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The year 2013: 3rd-warmest year on record for New Zealand

2013 Annual Climate Summary 2013
The year 2013: 3rd-warmest year on record for New Zealand


2013 was a very warm year for New Zealand, with annual mean temperatures above average or near average across the entire country. The nation-wide average temperature for 2013 was 13.4°C (0.8°C above the 1971–2000 annual average), using NIWA’s seven-station temperature series which begins in 1909

According to this seven-station series, 2013 was the third-warmest year on record.

Annual mean sea level pressures for 2013 were lower than usual to the west and south of New Zealand, whereas higher than normal pressures persisted to the east of the Chatham Islands, resulting in a northerly flow anomaly over the country. For the Tasman-New Zealand region as a whole, 2013 had the strongest northerly anomaly since 1971 based on pressure differences between Hobart and the Chatham Islands.

Slow-moving anticyclones dominated from the last 10 days of January through to the first half of April, coinciding with widespread drought conditions in the North Island. The remainder of the year was rather changeable, with May and June experiencing more south-easterly airflows than usual, and July and October being months with stronger north-westerly airflow.

Sea-surface temperatures around New Zealand were higher than normal throughout the year, which combined with the northerly flow anomaly will have contributed to the warm mean air temperatures observed throughout the country in 2013. ENSO-neutral conditions prevailed for most of the year.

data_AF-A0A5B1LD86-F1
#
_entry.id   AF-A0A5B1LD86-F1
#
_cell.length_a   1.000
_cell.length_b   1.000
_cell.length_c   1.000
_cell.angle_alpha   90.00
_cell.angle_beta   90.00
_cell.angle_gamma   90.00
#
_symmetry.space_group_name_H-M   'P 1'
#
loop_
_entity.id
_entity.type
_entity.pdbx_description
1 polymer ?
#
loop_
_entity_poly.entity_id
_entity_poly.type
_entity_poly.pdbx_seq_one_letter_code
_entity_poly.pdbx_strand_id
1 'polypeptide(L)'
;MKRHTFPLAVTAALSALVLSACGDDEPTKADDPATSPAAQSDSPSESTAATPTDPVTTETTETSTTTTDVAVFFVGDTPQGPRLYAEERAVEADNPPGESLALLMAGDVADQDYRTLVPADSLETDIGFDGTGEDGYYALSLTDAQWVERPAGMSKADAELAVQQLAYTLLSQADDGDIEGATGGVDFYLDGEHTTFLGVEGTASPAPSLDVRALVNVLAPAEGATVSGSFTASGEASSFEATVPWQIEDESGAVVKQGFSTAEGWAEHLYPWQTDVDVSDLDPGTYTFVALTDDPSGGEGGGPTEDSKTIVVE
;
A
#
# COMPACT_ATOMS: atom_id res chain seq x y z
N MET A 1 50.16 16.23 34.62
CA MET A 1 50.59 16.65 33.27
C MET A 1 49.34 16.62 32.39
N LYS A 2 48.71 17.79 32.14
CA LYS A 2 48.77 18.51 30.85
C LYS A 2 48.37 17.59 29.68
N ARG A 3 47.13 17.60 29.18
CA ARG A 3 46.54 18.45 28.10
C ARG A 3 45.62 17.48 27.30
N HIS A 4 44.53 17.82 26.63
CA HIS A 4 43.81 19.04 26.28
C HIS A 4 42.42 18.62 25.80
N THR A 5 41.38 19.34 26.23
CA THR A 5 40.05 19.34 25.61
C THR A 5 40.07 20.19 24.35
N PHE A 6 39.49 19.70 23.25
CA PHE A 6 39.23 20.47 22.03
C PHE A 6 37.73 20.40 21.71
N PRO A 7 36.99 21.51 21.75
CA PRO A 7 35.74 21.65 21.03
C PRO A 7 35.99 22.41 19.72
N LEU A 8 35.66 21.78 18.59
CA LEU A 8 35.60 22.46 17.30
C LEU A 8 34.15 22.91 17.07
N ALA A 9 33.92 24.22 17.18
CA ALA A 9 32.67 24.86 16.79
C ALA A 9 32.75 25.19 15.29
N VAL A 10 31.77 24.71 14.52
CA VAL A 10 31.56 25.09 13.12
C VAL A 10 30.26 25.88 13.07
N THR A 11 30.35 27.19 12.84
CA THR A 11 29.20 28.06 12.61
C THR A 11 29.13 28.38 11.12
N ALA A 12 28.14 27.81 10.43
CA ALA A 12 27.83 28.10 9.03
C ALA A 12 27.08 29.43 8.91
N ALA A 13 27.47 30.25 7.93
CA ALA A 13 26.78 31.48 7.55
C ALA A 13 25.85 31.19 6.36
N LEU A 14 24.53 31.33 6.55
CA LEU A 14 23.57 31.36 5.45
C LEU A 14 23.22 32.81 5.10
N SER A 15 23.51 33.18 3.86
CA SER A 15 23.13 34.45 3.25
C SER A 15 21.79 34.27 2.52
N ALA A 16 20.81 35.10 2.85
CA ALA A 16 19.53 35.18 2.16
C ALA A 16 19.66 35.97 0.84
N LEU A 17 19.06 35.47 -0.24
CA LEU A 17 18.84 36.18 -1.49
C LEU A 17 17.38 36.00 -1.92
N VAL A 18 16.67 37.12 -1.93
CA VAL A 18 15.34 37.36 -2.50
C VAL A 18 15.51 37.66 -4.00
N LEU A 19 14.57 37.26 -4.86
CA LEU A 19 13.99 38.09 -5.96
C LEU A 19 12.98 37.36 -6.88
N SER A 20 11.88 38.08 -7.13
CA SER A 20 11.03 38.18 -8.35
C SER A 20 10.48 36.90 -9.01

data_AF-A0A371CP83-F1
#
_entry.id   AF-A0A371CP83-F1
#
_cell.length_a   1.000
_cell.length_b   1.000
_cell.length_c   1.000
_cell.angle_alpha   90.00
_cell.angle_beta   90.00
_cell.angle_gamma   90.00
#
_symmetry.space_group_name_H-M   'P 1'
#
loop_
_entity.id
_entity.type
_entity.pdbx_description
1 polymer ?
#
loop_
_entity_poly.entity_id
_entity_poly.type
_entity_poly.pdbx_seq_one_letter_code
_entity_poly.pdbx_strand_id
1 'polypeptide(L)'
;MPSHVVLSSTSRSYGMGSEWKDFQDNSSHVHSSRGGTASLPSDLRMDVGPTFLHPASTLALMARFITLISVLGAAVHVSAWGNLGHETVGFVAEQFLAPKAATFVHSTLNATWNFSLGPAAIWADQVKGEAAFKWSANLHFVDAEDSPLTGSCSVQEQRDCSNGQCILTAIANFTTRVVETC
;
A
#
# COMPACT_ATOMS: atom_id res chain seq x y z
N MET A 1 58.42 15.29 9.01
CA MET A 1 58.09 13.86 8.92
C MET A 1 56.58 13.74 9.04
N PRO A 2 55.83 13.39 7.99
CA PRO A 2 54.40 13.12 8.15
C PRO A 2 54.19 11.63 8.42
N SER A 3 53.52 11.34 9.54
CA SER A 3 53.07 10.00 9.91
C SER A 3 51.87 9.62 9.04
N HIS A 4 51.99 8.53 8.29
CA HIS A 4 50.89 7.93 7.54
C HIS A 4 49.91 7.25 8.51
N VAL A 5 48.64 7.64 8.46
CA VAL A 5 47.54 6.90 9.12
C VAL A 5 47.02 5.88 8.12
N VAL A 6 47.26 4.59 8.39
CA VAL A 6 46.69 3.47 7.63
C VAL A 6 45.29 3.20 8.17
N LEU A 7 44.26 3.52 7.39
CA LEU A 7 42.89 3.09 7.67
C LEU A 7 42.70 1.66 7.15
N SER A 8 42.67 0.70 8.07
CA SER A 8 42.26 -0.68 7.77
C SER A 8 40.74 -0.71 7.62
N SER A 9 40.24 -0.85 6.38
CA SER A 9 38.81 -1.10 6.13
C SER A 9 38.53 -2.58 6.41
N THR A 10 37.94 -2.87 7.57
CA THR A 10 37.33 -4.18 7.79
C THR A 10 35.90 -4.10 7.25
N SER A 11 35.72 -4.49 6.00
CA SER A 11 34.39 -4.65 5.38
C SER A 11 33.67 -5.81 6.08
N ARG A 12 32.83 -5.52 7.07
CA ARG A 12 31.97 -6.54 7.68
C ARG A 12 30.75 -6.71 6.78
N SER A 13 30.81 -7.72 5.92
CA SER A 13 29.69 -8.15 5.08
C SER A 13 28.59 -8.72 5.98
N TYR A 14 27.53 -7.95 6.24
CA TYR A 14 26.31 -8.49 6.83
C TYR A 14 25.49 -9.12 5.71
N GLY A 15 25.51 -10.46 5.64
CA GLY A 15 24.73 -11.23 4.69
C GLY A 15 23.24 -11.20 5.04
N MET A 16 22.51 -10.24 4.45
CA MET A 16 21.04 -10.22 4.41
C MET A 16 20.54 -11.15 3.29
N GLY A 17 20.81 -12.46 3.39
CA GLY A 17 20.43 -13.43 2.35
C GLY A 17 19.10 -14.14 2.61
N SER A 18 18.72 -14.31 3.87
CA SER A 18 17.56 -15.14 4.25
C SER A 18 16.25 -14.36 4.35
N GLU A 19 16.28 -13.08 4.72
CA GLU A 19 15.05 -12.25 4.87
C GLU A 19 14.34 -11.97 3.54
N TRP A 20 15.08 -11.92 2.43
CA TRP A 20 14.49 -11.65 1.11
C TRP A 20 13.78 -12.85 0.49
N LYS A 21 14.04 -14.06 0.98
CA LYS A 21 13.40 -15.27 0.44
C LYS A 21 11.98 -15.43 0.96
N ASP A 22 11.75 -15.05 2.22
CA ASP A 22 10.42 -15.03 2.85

Above average annual mean temperatures (0.5-1.2°C above annual average) were recorded in parts of every region of the country. Temperature anomalies were especially high about parts of southern Northland, Hawke’s Bay, Manawatu, Wairarapa, Banks Peninsula and western Southland, where annual mean temperatures were at least 1.0°C above annual average respectively.

Seventeen locations recorded their warmest year on record, from as far north as Tauranga and as far south as Gore. Near average annual mean temperatures (within 0.5°C of annual average) were recorded in isolated areas including parts of the Far North, Coromandel, Western Waikato, Gisborne, Central Plateau, eastern Wairarapa, inland parts of the upper South Island, coastal mid-Canterbury and South Otago.

Annual rainfall totals for 2013 were below normal (less than 80 percent of annual normal) for parts of Northland, Waikato, Bay of Plenty, Taranaki and isolated areas of the West Coast.

It was the driest year on record for Dargaville, Toenepi (near Morrinsville), Taupo and Turangi, with these locations each recording between just 67 percent and 72 percent of normal annual rainfall.
In contrast, above normal rainfall was recorded in parts of the eastern South Island including Marlborough, North Canterbury and North Otago. Ranfurly, Alexandra and Lumsden each observed near-record high annual rainfall totals. Annual rainfall totals were typically near normal (within 20 percent of annual normal) for the remainder of the country.

2013 was a sunny year for many areas, including southern Northland, Bay of Plenty, northern Taranaki, southeastern North Island, North Canterbury, the Canterbury High Country and the West Coast, where annual sunshine hours were at least above normal (more than 110 percent of normal). It was the sunniest year on record for Turangi and Cheviot. Near normal sunshine was typically observed elsewhere.

The year 2013 will be remembered for widespread drought conditions throughout many parts of the North Island early in the year. Further details about this and other significant weather events occurring in 2013 can be found in Section 10; Significant Extremes.

2013_Annual_Climate_Summary.pdf

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